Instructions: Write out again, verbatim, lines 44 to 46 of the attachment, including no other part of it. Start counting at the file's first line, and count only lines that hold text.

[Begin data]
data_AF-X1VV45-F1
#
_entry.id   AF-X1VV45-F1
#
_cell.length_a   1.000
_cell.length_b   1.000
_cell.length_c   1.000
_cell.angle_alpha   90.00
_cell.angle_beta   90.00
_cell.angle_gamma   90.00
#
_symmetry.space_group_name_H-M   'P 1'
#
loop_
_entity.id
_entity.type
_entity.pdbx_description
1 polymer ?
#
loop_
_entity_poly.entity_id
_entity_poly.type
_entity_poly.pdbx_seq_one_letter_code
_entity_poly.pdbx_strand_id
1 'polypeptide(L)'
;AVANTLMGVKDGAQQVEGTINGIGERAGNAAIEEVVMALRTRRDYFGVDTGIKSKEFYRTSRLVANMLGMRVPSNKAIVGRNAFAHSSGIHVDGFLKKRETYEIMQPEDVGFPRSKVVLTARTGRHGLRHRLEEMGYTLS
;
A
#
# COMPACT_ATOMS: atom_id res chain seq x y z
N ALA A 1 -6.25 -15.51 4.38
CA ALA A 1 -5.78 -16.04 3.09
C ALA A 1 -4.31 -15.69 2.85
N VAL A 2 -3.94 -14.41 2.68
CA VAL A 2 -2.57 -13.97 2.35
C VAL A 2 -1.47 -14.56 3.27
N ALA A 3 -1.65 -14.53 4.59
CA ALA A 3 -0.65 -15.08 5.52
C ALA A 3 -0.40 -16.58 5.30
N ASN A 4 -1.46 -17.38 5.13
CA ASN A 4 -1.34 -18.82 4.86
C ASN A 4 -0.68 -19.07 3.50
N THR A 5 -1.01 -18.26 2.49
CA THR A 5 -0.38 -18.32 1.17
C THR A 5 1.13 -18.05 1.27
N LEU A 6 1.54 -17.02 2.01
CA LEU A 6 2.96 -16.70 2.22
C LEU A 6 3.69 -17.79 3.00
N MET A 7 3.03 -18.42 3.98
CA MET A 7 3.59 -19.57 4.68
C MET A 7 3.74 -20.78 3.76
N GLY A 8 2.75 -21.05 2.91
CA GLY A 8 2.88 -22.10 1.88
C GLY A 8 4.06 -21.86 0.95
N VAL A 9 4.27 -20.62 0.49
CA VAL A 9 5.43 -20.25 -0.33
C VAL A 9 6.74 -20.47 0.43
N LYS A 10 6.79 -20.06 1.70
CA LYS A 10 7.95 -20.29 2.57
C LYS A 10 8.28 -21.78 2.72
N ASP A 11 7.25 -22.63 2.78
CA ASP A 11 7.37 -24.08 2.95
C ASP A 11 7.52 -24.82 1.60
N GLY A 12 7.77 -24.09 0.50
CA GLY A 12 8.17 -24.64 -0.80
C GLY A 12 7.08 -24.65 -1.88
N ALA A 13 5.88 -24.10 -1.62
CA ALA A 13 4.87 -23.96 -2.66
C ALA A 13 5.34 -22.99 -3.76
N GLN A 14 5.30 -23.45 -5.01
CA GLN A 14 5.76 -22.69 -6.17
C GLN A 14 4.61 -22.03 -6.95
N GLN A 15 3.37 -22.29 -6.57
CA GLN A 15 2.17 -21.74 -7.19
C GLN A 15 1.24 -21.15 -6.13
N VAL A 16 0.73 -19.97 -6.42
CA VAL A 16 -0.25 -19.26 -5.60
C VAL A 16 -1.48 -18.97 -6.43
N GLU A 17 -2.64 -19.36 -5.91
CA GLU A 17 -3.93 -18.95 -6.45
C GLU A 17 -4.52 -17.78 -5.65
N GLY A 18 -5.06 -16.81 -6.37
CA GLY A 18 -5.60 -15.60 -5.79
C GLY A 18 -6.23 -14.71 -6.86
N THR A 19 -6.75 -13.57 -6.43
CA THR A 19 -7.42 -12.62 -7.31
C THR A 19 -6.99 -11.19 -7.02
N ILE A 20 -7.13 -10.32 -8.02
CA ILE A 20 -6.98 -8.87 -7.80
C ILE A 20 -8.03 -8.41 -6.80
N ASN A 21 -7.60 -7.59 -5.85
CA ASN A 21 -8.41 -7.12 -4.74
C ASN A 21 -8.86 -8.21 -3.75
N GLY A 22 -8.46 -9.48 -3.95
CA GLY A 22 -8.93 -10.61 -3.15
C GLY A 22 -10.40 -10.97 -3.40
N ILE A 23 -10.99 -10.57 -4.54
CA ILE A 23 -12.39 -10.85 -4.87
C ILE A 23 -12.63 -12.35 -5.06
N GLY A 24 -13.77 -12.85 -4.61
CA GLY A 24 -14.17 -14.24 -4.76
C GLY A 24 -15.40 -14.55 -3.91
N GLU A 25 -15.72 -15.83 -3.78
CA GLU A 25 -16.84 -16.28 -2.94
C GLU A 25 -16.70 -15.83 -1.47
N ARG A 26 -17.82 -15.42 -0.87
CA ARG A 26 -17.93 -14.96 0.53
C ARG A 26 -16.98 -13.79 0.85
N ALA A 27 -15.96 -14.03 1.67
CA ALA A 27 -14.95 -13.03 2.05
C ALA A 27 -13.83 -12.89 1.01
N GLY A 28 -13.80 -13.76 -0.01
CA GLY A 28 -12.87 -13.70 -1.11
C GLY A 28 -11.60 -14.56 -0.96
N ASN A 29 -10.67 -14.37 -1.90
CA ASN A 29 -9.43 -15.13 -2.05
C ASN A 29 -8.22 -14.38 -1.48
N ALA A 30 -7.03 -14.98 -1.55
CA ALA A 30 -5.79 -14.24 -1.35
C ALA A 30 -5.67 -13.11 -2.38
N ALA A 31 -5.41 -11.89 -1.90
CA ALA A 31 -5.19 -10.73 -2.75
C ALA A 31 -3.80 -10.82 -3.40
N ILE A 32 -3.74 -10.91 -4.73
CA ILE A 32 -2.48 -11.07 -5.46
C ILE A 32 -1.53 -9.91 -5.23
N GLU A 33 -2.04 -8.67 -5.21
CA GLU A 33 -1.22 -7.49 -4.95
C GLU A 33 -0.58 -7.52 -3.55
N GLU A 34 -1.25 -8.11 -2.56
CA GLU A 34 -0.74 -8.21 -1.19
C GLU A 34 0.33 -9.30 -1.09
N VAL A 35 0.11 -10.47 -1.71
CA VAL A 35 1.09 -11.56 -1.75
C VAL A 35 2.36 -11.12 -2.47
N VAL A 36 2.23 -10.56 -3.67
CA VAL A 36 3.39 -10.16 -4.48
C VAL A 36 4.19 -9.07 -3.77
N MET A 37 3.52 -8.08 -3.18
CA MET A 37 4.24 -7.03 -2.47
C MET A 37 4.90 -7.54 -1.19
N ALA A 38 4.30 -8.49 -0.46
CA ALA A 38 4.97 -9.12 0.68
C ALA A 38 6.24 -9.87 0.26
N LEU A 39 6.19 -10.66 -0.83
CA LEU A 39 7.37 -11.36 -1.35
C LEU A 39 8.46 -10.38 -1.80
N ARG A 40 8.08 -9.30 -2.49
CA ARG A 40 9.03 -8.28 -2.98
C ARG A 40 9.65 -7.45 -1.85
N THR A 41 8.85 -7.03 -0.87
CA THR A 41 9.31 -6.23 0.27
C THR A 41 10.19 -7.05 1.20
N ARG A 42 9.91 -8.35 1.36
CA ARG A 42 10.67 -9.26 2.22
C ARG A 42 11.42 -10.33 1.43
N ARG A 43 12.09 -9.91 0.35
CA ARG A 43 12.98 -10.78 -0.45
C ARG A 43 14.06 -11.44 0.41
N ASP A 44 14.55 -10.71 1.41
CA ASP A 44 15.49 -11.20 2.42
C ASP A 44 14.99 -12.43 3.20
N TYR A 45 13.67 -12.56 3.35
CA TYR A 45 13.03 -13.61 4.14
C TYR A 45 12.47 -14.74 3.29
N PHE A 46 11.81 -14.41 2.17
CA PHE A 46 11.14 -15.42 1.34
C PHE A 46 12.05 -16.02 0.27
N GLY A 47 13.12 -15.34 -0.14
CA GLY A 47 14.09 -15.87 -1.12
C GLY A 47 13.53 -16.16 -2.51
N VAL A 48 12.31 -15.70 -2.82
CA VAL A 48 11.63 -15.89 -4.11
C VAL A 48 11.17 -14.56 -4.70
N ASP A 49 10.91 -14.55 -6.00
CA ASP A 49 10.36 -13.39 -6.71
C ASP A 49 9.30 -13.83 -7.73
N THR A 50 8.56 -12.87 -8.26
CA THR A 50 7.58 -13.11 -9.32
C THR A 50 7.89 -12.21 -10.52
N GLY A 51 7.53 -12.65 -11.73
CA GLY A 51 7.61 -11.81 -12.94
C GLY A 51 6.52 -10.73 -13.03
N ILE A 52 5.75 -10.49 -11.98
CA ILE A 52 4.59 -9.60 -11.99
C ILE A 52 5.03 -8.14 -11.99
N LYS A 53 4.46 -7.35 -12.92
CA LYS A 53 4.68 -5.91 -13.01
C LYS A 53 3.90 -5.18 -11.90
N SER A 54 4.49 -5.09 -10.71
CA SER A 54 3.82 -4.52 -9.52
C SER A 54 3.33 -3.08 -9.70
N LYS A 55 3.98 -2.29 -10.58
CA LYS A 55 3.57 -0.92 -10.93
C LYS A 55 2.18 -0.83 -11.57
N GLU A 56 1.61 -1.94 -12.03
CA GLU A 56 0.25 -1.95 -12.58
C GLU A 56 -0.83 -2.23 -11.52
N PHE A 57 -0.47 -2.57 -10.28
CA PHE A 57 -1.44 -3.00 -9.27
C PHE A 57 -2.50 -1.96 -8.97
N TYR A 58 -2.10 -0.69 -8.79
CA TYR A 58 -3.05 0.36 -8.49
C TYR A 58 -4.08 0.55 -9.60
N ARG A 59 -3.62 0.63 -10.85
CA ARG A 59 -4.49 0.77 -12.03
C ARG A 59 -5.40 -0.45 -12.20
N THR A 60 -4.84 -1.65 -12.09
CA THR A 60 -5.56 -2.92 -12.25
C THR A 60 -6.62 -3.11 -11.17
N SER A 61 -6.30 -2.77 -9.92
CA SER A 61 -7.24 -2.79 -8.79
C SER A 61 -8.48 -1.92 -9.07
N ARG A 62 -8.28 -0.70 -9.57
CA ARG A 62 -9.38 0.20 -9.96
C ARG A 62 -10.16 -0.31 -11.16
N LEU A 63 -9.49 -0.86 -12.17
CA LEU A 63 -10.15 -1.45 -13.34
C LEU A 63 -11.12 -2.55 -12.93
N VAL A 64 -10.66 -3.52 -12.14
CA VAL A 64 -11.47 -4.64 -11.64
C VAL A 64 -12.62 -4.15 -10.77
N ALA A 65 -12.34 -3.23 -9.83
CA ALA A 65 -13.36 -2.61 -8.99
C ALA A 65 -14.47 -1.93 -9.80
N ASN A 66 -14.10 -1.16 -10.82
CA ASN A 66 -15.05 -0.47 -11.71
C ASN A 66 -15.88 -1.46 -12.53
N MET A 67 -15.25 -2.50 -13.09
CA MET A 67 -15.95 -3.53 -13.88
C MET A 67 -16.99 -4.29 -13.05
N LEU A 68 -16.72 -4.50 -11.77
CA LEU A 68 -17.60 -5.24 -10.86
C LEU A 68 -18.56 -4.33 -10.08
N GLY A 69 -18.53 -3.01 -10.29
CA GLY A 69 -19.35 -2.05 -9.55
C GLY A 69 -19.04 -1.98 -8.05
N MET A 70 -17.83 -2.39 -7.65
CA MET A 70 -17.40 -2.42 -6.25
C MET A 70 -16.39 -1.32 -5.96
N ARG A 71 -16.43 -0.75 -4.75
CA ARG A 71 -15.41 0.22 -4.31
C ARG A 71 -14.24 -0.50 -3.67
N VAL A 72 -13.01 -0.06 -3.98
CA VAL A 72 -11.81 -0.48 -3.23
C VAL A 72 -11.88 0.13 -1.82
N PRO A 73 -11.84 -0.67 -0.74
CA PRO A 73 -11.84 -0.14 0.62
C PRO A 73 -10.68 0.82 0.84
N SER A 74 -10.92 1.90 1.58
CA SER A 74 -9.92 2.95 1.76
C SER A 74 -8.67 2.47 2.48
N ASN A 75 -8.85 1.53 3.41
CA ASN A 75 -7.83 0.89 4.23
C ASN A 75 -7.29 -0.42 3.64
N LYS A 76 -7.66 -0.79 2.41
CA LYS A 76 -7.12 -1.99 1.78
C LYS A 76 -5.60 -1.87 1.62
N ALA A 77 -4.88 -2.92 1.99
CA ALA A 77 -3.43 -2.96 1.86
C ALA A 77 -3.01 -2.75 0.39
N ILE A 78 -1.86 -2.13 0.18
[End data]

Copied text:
CA THR A 5 -0.38 -18.32 1.17
C THR A 5 1.13 -18.05 1.27
N LEU A 6 1.54 -17.02 2.01